Top 10 Tennis Career Comebacks

Making it to the top of the game of tennis is hard. Even harder is doing it twice. Loss of form and injury are the most common reasons for a rankings free fall, but some other unlikely events have caused great players major setbacks. Recently, American Brian Baker’s comeback story has lit up the tennis world after 5 years out of the game with successive surgeries. Baker came back ranked nowhere and now is a career high 60. Remarkable.

Here’s my other top 10 remarkable comeback stories:

Andre Agassi1. Andre Agassi

Andre’s lost interest in tennis by 1997 was  playing challenger tournaments and ranked 141. By 1999 he was French Open champion and world number 1 and completing a career Grand Slam. Simple as that.

Comeback High: Career Grand Slam, Ranked 1

Thomas Muster2. Thomas Muster

In 1989, Muster was in the top 10. During Indian Wells, a drunk driver out Thomas out of action and no one thought he’d even play again. In 1995, he reached world number 1 and won 12 tournaments that year, including the French Open. Iron by name, iron by nature.

Comeback High: French Open 2005, Ranked 1

James Blake3. James Blake

A freak accident while practicing on clay, caused Blake to break his neck no less. Throw in a rare face paralysis condition called Zoster on top and it was game, set and match for his career. However, an astonishing recovery brought Blake 9 more titles and a career high 4 in the world.

Comeback High: Ranked 4

Vince Spadea4. Vince Spadea

One the more famous comeback stories. Vince dropped to 237 in the rankings after a historic loss of form resulting in 21 straight losses (an ATP record). A re-dedication to tennis, Agassi-style, was the trick and he even attempted another comeback aged 34 but once was enough.

Comeback High: Ranked 18

Mark P5. Mark Philippoussis

The Scud his the skids around 2000 with injuries after being ranked as high as number 8. His first comeback was in 2003 and he made the Wimbledon final only to run into GOAT Federer (who won his first Wimbledon title). More injuries and off court distractions including appearing in the TV show ‘Age of Love’. His second comeback in 2006 was less successful as a result.

Comeback High: Wimbledon Final 2003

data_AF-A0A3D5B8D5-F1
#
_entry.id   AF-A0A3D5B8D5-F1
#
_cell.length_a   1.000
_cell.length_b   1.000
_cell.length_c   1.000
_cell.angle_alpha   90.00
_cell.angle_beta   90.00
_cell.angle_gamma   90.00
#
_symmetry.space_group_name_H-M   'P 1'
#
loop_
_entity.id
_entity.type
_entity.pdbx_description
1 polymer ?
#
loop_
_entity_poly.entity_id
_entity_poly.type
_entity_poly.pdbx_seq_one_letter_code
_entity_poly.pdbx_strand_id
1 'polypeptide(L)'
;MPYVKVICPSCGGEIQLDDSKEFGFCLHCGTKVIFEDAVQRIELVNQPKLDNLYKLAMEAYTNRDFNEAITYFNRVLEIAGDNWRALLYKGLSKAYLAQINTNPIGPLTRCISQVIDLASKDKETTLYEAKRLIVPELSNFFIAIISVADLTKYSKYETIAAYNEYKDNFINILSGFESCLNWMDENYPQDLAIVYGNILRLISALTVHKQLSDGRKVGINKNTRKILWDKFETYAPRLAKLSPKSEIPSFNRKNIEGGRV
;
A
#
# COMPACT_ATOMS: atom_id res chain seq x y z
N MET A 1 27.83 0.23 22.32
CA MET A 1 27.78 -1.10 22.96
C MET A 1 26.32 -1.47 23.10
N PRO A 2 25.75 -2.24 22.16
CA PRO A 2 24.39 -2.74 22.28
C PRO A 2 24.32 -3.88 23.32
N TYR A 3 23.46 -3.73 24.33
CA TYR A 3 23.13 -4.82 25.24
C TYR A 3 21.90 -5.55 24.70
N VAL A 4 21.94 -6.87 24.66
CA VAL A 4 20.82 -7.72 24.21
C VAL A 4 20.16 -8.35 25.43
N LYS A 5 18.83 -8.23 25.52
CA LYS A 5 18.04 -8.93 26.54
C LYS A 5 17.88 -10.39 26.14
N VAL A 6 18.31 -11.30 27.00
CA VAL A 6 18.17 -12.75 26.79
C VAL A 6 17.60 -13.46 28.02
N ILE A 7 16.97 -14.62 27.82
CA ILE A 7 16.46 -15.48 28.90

Goran6. Goran Ivanisevic

After losing for the 3rd time in a Wimbldeon final, Goran was a broken man. On a wing and a prayer in 2001, he took a wildcard at Wimbledon and did the impossible and won it, much to the delight of casual and diehard tennis fans. A miracle on SW19.

Comeback High: Wimbledon Champion 2001

Alex Bogomolov7. Alex Bogomolov Jr.*

Bogie ran into trouble in 2005 when he got busted for inhaling a banned substance for asthma, divorced his then wife Ashley Harkleroad and dropped to playing Challengers. Destined for journeyman status, he turned things around in 2011 and returned to his roots as a Russian, climbing to world number 33.

Comeback High: Back to number 33

Sergi Bruguera8. Sergi Bruguera

Double French Open champ Sergi, dropped to world number 81 after an ankle injury but climbed back into the top 10 in 1997 after reaching his 3rd French Open final, losing to heir apparent, Guga Kuerten.

Comeback High: French Open Final 1997, ranked 8

Taylor Dent9. Taylor Dent

Ranked as high as 21 in 2005, back surgery no less in 2007, took Dent out the game and threatened his career. He managed to comeback the next year. After some good results in 2009, he served the fastest recorded serve at Wimbledon a year later.

Comeback High: Serving fastest ever serve at Wimbledon 2010

Jimmy Connors10. Jimmy Connors

At aged 39, Jimmy arrived at the 1991 US Open with luminous racket in hand and went on one of the most unlikely runs of all time. A marathon 5 set win over Krickstein was epic and for a guy his age, the stamina was remarkable.

Comeback High: Reached US Open 1991 semi finals


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